Content marketing is never as easy as it sounds. First you have to identify your key audiences, messages and platforms. Then you have to create the content.  A new report sheds light on the challenges marketers face when it comes to creating unique content experiences. 

Content Marketing Challenges

For a report called "Curation: What Does It Mean To Marketers? A look at the current state of curation in content marketing," Trapit surveyed US marketers to understand their perceptions of content marketing, curation and consumption. 

The results show marketers are overwhelmed by content development. They spend more than a quarter (28 percent) of their time on content marketing in an effort to share 15 pieces of content per day, which they deem necessary to properly engage with their customers. Yet nearly half admit they are not able to keep up with their content demands. 

While the survey doesn't necessary provide definite answers as to why content marketers feel unable to keep up — we can infer some of their struggles from their answers about what types of content they need and they type of platforms where it needs to publish to. For instance, 82 percent of marketers believe content is more likely to be consumed if it is visual, signifying the value in photos and video content. Additionally, approximately 49 percent of respondents believe mobile content consumption habits will displace traditional search engine discovery routes. Altogether, producing visual content that's both engaging and mobile-friendly is hard for many marketers — especially if it involves including more people, more money and more time to create. 

Is Content Curation the Key?

It's worth noting that Trapit is in the curation business and believes curation is the cure for the content marketing blues. And it might be right. The survey showed that a majority (74 percent) of marketers agree content curation isan important part of their content strategy. So why isn't content curation, that is  — the process of collecting, organizing and displaying information — relevant to a particular topic or area of interest, helping marketers with their content marketing?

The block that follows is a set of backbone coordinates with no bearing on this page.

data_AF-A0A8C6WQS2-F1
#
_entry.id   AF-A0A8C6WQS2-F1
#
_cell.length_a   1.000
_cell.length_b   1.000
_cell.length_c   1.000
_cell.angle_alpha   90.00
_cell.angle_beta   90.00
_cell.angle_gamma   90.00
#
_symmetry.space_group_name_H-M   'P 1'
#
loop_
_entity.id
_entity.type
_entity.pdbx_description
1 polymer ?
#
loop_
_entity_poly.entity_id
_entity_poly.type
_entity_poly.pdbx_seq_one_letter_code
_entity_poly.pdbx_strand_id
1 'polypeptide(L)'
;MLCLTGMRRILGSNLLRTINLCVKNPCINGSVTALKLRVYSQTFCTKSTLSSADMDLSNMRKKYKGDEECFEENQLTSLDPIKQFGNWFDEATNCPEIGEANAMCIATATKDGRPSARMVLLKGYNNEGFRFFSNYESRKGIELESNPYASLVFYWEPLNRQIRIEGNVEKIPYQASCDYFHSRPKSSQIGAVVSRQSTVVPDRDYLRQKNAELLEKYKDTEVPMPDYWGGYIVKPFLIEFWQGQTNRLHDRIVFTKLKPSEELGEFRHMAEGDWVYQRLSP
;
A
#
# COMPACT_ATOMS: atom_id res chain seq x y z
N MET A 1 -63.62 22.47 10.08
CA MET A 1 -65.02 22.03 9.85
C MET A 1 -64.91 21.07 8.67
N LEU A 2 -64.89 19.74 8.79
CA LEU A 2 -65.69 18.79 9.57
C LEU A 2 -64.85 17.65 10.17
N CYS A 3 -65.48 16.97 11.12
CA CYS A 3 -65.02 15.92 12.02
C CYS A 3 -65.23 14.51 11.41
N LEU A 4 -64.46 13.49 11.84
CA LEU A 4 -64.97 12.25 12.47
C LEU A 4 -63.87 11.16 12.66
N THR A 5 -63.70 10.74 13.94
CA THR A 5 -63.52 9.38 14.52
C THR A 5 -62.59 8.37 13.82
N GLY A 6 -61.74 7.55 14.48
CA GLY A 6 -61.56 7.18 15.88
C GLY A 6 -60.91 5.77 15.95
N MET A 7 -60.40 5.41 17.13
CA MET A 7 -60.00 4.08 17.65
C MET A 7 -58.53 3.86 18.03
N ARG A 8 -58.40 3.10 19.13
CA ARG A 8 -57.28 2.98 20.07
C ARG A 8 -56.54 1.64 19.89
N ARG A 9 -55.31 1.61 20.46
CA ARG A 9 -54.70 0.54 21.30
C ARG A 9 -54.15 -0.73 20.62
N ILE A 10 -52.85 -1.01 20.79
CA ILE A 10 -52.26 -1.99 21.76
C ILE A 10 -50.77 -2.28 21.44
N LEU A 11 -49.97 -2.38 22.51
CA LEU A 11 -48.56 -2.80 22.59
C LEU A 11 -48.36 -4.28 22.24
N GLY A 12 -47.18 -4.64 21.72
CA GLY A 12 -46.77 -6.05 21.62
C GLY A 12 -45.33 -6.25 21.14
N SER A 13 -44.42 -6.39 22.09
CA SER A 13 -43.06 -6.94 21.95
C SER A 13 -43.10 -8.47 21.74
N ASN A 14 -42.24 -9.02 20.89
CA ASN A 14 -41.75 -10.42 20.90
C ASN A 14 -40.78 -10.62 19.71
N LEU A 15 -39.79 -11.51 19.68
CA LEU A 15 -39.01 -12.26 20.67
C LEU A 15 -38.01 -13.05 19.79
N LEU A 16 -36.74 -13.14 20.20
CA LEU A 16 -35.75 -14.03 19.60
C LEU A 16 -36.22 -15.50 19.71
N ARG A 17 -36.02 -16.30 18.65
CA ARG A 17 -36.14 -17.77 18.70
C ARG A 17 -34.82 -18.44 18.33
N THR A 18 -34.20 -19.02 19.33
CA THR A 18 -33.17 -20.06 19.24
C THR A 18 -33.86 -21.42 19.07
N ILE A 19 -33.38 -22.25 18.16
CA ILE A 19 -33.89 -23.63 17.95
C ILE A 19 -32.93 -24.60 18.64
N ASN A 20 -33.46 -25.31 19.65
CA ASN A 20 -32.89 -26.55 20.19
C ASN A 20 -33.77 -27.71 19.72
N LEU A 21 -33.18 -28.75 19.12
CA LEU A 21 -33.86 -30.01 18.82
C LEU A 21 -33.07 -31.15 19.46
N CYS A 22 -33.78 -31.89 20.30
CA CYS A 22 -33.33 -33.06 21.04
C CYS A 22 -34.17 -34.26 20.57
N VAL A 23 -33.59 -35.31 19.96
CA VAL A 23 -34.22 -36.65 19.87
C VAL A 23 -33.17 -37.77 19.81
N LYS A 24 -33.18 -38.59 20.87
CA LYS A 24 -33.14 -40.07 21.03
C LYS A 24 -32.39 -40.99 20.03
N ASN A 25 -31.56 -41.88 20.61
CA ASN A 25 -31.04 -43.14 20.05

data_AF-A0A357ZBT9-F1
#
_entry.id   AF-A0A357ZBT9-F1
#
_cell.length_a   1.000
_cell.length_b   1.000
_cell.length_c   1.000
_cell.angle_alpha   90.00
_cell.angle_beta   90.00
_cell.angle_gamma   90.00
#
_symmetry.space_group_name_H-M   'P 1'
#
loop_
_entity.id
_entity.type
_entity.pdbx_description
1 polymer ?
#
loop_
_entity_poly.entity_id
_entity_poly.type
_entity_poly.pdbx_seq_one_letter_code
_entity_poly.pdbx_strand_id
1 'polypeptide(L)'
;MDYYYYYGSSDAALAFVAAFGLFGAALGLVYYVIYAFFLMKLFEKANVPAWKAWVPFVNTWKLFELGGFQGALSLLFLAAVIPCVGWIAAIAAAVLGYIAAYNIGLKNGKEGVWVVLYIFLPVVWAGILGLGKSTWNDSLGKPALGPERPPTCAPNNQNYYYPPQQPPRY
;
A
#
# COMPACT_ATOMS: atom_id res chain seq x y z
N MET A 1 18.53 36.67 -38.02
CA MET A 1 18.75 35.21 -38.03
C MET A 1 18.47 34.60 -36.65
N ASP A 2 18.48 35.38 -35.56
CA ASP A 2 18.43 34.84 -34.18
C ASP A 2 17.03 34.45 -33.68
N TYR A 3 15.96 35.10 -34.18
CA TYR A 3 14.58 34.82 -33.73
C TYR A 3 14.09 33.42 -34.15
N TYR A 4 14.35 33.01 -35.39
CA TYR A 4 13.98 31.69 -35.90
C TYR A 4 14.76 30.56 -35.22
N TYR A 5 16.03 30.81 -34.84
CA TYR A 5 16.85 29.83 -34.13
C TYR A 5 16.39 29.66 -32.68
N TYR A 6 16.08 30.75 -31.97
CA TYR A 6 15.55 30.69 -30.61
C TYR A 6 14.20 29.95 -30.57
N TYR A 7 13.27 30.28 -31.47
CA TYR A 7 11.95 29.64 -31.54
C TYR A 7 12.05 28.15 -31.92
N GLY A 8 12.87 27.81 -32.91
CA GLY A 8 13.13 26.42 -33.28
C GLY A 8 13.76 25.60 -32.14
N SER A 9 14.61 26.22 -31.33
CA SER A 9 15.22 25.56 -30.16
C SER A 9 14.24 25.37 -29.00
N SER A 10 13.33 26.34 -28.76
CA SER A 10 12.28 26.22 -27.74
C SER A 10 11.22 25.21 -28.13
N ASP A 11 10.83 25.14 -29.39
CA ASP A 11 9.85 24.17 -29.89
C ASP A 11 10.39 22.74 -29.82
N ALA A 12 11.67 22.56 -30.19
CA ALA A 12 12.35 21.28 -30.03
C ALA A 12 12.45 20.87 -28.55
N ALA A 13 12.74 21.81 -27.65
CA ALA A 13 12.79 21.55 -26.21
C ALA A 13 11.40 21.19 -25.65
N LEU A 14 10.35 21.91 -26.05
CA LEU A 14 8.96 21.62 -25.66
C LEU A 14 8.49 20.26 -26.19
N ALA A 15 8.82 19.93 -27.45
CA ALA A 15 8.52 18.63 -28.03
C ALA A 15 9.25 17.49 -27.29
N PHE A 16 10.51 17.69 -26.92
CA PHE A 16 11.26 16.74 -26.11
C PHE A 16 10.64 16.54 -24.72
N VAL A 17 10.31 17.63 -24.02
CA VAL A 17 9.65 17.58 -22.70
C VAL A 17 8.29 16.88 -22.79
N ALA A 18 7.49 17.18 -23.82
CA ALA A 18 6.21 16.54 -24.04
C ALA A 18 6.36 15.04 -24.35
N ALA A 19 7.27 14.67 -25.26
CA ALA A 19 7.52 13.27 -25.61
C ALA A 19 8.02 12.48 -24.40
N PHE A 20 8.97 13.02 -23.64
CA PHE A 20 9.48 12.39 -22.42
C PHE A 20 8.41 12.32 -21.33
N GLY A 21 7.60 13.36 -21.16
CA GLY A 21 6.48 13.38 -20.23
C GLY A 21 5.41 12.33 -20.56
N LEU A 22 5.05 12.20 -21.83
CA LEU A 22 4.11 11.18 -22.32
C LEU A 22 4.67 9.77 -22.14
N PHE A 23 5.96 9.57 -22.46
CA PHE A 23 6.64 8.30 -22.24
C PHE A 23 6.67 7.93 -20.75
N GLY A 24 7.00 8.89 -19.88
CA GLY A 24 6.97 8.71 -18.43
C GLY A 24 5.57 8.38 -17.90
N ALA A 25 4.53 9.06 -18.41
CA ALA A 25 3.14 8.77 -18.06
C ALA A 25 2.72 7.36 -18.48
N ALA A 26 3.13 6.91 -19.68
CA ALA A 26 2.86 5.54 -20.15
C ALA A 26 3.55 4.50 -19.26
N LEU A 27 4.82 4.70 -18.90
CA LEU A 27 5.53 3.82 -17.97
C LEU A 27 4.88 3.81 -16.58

Trapit Content Curation and Content Marketing

It could be that there's only so much content worth sharing. Sixty-percent of marketers indicated "it's hard to curate original content that my peers/competitors aren't also curating." If by curating others' content, you hope to position yourself as an authority on a specific topic or within a specific industry — competing to be first to share the appropriate content makes things considerably harder. So how can marketers leverage content curation to their benefit without having to worry about getting their first?

Look Beyond Industry Leaders

A recent scholarly article caught my attention. It sought to understand why people curate content. The paper, "Sharing the Loves: Understanding the How and Why of Online Content Curation (pdf) highlights the obvious reasons why people share content — to facilitate social connections and to solve problems. But it was the section on What Do Other People Find Useful that was particularly enlightening. The researchers found that people like it when curators identify new sources of content on a regular basis and when they share a variety of sources or interests. 

I know what you're thinking — this is exactly why marketers are overwhelmed. How can they possible do these things when there are only so many high-quality sources to share?

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Ahh,  but this is where it gets interesting. According to this research, "curation highlights websites not popular in other rankings." Do you know what this means? There's a whole other world of content to be shared that lies beyond The HuffingtonPost or Mashable (not that there's anything wrong with them). In fact, the research showed in the case of Pinterest, "websites with highly repinned or liked images tend not to have a high page rank or Alexa Global Traffic Rank." 

Perhaps content marketers need to delve deeper into the types of content available to them. Anyone can share a link to a Forbes article, but not everyone can share a link to an up and coming blog that identifies the trends just as well. As long as the content is well-written and relevant, marketers shouldn't worry about sharing more than the traditional sources. Which isn't to say that you should disregard them altogether — a healthy variety of sources is welcome.  

Title image by Shutterstock / Max Griboedov.